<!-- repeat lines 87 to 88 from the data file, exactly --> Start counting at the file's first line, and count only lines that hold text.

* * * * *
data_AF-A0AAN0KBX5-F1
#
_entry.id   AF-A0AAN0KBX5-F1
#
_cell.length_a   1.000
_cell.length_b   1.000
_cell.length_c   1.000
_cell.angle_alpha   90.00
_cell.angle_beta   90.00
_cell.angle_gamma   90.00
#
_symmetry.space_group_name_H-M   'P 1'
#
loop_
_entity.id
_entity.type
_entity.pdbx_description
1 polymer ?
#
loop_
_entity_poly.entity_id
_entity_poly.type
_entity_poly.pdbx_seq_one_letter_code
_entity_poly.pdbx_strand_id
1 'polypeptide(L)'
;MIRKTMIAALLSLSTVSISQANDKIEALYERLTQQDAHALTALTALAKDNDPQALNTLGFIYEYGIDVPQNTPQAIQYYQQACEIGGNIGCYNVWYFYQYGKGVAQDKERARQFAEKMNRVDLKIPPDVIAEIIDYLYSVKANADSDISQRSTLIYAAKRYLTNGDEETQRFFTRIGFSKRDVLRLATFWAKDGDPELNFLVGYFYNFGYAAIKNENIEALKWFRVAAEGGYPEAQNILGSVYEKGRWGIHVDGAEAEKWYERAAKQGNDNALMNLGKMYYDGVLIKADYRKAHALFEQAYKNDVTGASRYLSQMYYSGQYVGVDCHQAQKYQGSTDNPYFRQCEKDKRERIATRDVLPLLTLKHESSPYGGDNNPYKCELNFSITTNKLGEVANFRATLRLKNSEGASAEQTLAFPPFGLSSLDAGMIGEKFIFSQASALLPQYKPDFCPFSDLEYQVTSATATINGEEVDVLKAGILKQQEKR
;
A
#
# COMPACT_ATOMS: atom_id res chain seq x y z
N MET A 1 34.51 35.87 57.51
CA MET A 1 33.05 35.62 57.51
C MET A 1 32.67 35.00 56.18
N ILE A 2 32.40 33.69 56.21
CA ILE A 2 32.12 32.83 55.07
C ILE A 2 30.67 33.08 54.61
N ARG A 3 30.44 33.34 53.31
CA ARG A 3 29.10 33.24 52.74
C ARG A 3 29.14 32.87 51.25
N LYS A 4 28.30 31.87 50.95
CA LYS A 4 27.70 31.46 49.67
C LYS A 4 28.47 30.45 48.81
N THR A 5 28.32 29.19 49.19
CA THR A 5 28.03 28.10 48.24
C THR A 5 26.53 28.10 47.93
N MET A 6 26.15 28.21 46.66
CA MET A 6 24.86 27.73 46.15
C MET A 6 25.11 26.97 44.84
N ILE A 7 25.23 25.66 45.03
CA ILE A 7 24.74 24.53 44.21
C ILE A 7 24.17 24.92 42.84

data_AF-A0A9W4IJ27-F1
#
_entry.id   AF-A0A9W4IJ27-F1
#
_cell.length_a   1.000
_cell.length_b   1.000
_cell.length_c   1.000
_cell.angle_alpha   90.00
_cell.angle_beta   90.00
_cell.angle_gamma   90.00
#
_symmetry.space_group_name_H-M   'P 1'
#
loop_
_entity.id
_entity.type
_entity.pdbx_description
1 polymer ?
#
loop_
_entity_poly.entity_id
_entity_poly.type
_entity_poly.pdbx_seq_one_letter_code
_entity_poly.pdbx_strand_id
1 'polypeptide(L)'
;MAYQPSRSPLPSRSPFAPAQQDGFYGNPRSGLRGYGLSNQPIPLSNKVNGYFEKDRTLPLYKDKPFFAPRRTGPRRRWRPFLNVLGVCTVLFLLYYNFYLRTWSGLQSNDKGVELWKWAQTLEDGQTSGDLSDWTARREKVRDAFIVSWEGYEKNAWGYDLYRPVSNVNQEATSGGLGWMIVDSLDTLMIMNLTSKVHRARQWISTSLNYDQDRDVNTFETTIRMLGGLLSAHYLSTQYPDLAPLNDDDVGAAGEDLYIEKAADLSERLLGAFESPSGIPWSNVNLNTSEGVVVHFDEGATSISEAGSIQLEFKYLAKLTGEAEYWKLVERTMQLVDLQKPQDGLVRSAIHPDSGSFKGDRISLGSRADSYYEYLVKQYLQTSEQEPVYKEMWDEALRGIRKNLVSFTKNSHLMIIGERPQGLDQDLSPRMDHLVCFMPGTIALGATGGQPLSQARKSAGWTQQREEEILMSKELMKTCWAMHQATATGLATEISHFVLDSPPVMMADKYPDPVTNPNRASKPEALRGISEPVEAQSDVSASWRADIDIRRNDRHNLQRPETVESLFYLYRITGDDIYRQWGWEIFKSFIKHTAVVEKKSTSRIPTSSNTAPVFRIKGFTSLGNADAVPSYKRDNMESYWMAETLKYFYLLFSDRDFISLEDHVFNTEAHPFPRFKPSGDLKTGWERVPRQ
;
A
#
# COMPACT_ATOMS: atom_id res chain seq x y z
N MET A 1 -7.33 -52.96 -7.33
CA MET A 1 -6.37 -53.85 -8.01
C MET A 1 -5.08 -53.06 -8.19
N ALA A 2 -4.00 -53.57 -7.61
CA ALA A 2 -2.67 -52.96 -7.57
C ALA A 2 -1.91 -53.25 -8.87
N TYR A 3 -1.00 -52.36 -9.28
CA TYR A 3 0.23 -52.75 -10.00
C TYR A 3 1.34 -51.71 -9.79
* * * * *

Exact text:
C ALA A 2 -1.91 -53.25 -8.87
N TYR A 3 -1.00 -52.36 -9.28